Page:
Phil Wakeford describes his fishing on the Thames, a river I’ve fished just the once but enjoyed a good days piking.  I particularly liked Bill Rushmer’s description of his one-time Thames record Pike, what a fish!  In the introduction Neville Fickling is described as “the Godfather of modern Pike fishing” and he writes about his experiences fishing the Trent.  Nev bears no resemblance to Marlon Brando but his chapter is excellent.  I was a little disappointed that the Wessex rivers weren’t given greater coverage but the two anecdotal stories by Terry Theobald and Jerry Lloyd are both very good.  The book only travels northwards on one occasion but ‘Dangerous’ Dave Greenwood’s chapter on the Yorkshire Ouse is my favourite piece in the book.  Not only were Dave and friends pioneering a water new to them, they did so trolling lures.  A method that at the time was new to them too.  I followed a similar path on some fenland rivers several years ago but without Dave’s spectacular success.  Pat Henry tackles his adopted River Shannon and gives a great account of how tough it is to tackle Ireland’s greatest river.  With perseverance and dedication there are still unknown monsters out there. 


A theme running through this book is just how demanding river Piking can be.  It is a world away from sitting in comfort behind alarms on a stillwater.  Yes this approach can work on rivers but consistency requires a much greater physical and mental effort; you need to get up off your backside and get moving, a lesson it took me too long to learn.  My own favourite venue is a river system but I don’t really consider myself a river Piker?  The effort required is at least the equal and I wouldn’t have it any other way.  Challenging fishing = interesting fishing.  Over the years I’ve caught Pike from fifteen different rivers including many that feature in the book so I share the buzz and passion of these Piking writers.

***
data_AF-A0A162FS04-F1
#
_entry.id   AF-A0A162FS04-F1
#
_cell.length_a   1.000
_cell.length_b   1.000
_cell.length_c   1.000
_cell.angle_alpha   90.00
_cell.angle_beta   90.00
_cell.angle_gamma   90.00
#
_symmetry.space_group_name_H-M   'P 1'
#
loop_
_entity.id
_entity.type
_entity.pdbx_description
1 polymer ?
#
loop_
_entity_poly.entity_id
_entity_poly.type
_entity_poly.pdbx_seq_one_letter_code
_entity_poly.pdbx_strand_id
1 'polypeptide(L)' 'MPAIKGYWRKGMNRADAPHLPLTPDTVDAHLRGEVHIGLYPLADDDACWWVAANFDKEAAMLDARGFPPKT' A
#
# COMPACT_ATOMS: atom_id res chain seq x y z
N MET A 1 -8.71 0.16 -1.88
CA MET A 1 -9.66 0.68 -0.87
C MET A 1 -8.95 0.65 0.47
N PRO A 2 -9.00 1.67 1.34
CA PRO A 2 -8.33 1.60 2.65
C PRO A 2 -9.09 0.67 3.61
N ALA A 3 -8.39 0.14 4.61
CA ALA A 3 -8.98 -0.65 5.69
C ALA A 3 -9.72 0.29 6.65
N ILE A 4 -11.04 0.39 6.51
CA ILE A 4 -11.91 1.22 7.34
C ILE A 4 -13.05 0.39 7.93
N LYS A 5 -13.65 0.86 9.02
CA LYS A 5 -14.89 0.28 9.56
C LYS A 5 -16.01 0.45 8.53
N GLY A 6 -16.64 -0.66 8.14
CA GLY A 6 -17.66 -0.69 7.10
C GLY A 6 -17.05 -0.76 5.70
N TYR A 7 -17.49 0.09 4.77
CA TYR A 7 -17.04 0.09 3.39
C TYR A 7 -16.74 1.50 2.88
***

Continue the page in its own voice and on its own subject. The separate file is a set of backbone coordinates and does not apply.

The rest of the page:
River Pike is published by Harper Fine Angling books so is laid out by the master Stephen Harper himself.  Stephen has a reputation for producing books that are not only great reads but are beautiful to look at too.  Straight away it is obvious this book has Mr Harper’s magic touch, it is full colour throughout and has countless great photos of fantastic Pike and fabulous scenery.  This book was not originally on my radar when I went to the convention but is a very good read and sits well amongst the favourites on my book shelf.

More details here;http://www.harperanglingbooks.co.uk/RiverPike.html

My Pike season has well and truly started and so far has gone pretty much as expected; it’s tough and challenging, more so now than ever. I expect to take far more photos of scenery and wildlife than I do Pike this season but I’m up for it.  So far the scenery and wildlife have been very good…

2 comments:

James Hinley said...

It's a fantastic book. I have a good collection of pike books, most are average at best but this one is excellent. I'm a river angler / piker and understand how difficult it can be at times, a 20lb river pike is a much greater achievement than its Stillwater relation. This book portrays that feeling well, and there's a chapter in my neck of the woods (Yorkshire Ouse - ok I fished a couple of tributaries of it) which makes it even more interesting.

Michael Hastings said...

Reading another "Harper book" at the moment, watch this space... Agree, you can't beat wild waters!